How a trip to Haiti inspired the ‘Once on This Island’ revival coming to TPAC Oct. 15-20

cast of Once On This Island on stage

Mia Williamson as 'Little Girl,' Alex Newell as 'Asaka,' and Hailey Kilgore as 'Ti Moune' in 'Once on This Island.' Photo by Joan Marcus.

When you walk into TPAC’s Jackson Hall Oct. 15-20 for the Tony Award-winning revival of Once on This Island, you may wonder why you feel transported to a faraway land just ravaged by a storm.

There is water, garbage, a huge tractor trailer, and sand that blankets the stage.

What was the inspiration behind this realistic and immersive set design?

It all started with a three-day trip to Haiti, where the show’s scenic designer, Dane Laffrey, and the show’s director, Michael Arden, captured every unique inch of the Caribbean country that was upended by Hurricane Matthew in 2016 and was still recovering from a massive earthquake in 2010.

“It’s hard to put the trip into words,” says Laffrey. “It was incredible to experience the place Once on This Island is actually set because we wanted our version to feel as real, visceral, and authentic as possible.”

ooti haiti trip

The producing team of ‘Once on This Island’ during their three-day research trip to Haiti.

Haiti, or as it written there, Ayiti, is a vibrant, resilient, and mountainous place filled with people as proud and wondrous as the island’s long legacy of triumph and struggle.

According to Laffrey, “the trip informed both the look of the show and the character of the piece of theatre we wanted to make — which was certainly immersive, environmental, and optimistic.”

Once on This Island’s creative team were given valuable opportunities in what they were able to see and experience — including a voodoo church service, which Laffrey says was “indescribable.”

But the biggest takeaway of their trip may surprise you.

“We started thinking about the trip in the context of the massive earthquake that flattened the island in 2010 — and then several years later when Hurricane Matthew came through and blew it apart again,” Laffrey says.

“We had been dwelling on the very compelling visuals that came out of those disasters instead of focusing on the better story that this place is constantly rebuilding itself. One day, it’s completely wrecked and the next day, the community pulls together to fix it. That was the big takeaway for us.”

Further highlighting the vibrant culture of the Caribbean, the revival’s authentic set design features many natural and immersive elements rarely seen on the Broadway stage.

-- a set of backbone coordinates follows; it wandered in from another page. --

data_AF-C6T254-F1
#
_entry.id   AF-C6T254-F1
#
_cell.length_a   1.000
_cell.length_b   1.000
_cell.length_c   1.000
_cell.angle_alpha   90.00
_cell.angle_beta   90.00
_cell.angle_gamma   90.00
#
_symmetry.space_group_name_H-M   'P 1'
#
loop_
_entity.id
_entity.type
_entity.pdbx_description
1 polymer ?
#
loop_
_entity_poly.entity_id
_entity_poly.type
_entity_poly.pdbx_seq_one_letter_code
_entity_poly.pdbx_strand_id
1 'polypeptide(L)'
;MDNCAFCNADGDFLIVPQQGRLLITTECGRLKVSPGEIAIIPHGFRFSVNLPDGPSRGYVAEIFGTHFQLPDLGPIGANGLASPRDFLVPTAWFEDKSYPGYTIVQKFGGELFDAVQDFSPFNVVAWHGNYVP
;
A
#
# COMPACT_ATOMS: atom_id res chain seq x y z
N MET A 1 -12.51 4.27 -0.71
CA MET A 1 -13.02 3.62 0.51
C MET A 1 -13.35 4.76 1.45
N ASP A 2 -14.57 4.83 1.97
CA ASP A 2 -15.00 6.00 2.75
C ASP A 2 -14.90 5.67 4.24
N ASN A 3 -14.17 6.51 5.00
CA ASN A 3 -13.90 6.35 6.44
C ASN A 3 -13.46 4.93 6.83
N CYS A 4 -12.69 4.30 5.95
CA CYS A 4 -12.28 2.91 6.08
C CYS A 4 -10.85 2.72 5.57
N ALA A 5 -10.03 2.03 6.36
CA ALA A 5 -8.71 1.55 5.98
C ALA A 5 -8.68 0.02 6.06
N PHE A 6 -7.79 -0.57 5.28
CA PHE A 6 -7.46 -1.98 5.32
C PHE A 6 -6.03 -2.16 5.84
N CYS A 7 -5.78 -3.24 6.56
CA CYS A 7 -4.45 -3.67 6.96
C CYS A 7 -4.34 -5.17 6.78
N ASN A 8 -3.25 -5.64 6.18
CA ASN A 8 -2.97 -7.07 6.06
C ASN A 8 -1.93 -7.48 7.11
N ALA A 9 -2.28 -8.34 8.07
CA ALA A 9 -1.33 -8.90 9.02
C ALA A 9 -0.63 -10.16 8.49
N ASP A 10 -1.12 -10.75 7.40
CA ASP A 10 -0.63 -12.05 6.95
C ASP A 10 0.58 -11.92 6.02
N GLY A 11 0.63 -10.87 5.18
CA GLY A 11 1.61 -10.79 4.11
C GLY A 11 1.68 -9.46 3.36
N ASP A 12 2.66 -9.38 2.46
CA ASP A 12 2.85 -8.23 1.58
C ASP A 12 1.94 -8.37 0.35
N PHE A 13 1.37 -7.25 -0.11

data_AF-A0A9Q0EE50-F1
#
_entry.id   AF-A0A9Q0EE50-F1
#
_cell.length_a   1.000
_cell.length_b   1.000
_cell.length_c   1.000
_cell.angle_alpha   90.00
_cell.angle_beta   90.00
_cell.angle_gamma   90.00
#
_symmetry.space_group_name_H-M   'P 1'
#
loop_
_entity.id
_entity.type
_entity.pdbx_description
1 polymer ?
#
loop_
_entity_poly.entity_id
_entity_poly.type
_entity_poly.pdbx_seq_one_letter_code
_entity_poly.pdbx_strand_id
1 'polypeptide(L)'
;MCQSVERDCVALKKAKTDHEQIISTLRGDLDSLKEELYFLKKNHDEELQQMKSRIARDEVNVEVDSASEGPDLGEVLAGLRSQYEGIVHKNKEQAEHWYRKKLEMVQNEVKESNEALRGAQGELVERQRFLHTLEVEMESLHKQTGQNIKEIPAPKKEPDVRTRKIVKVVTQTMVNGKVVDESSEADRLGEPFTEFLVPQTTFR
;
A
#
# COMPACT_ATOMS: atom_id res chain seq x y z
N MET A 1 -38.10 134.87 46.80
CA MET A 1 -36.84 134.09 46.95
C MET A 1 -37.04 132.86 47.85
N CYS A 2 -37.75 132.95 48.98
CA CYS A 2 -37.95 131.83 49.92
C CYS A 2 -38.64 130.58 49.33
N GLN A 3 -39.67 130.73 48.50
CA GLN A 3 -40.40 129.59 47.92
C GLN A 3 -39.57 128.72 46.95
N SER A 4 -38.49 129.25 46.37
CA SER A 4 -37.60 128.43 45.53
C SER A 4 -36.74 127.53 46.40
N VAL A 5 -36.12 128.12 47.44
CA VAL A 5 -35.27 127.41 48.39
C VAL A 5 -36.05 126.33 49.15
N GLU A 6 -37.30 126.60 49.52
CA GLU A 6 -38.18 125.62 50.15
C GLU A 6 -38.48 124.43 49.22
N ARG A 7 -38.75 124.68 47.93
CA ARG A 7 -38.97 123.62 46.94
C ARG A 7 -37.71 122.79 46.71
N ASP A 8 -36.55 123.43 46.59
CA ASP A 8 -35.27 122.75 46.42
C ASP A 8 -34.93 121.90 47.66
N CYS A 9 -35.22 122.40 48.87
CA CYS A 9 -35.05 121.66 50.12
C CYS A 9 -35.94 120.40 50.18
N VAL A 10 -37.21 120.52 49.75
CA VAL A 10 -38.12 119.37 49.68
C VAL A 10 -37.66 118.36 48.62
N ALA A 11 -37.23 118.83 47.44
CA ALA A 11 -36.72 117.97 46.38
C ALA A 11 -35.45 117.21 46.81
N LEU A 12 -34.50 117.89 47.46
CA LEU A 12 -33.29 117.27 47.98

“All the elements that were the talking points of the Broadway design have been maintained for the tour: the sand, the rain, the fire, the wind, and — in some cases — the animals,” Laffrey says. “From the moment the audience walks into the theater, they get that communal feel of the Caribbean.”

But that’s not the only thing unconventional about this set. The revival opened in December 2017 with the unique vision of making the audience part of the staging.

“Audiences will be invited to put their feet in the sand and surround our company, becoming part of the show,” says Arden. “It’s our goal to give all audiences a unique perspective of the communal nature of what theatre can be.”

Taking the island on the road

Dane Laffrey's Tony-nominated set for 'Once on This Island' as it was seen at The Circle in the Square Theatre

Dane Laffrey’s Tony-nominated set for ‘Once on This Island’ as it was seen at The Circle in the Square Theatre

The revival of Once on This Island opened at The Circle in the Square Theatre — founded in 1951 and the only Broadway house built “in the round.” That means the playing space is circular or oblong in shape and the audience sits around the stage.

“Circle in the Square was inescapably interactive; and we’re now realizing just how installed the set was there. It really felt like a living, breathing thing,” Laffrey says. “Now, we’re figuring out how to make something feel as open and welcoming to an audience when they’re sitting much further from it.”